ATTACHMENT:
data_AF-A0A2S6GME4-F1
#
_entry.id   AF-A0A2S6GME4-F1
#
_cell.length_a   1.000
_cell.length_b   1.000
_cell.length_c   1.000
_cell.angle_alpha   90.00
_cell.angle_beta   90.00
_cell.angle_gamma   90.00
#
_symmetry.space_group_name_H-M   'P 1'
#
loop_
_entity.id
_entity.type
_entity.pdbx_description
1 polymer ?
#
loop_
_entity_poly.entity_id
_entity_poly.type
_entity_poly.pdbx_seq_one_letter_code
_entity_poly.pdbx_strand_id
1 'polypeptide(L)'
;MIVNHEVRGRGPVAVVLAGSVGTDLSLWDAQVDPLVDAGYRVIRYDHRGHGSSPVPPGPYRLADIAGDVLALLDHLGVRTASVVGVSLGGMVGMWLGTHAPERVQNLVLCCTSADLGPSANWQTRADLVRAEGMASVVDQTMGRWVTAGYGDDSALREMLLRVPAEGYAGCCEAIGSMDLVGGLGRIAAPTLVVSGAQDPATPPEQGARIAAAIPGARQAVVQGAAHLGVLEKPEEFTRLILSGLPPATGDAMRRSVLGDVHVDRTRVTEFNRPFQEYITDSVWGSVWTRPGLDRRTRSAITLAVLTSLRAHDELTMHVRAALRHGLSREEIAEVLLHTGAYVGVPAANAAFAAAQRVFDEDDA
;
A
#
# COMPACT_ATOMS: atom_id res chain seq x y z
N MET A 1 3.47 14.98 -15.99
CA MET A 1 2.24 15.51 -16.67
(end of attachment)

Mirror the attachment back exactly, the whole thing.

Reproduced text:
data_AF-A0A2S6GME4-F1
#
_entry.id   AF-A0A2S6GME4-F1
#
_cell.length_a   1.000
_cell.length_b   1.000
_cell.length_c   1.000
_cell.angle_alpha   90.00
_cell.angle_beta   90.00
_cell.angle_gamma   90.00
#
_symmetry.space_group_name_H-M   'P 1'
#
loop_
_entity.id
_entity.type
_entity.pdbx_description
1 polymer ?
#
loop_
_entity_poly.entity_id
_entity_poly.type
_entity_poly.pdbx_seq_one_letter_code
_entity_poly.pdbx_strand_id
1 'polypeptide(L)'
;MIVNHEVRGRGPVAVVLAGSVGTDLSLWDAQVDPLVDAGYRVIRYDHRGHGSSPVPPGPYRLADIAGDVLALLDHLGVRTASVVGVSLGGMVGMWLGTHAPERVQNLVLCCTSADLGPSANWQTRADLVRAEGMASVVDQTMGRWVTAGYGDDSALREMLLRVPAEGYAGCCEAIGSMDLVGGLGRIAAPTLVVSGAQDPATPPEQGARIAAAIPGARQAVVQGAAHLGVLEKPEEFTRLILSGLPPATGDAMRRSVLGDVHVDRTRVTEFNRPFQEYITDSVWGSVWTRPGLDRRTRSAITLAVLTSLRAHDELTMHVRAALRHGLSREEIAEVLLHTGAYVGVPAANAAFAAAQRVFDEDDA
;
A
#
# COMPACT_ATOMS: atom_id res chain seq x y z
N MET A 1 3.47 14.98 -15.99
CA MET A 1 2.24 15.51 -16.67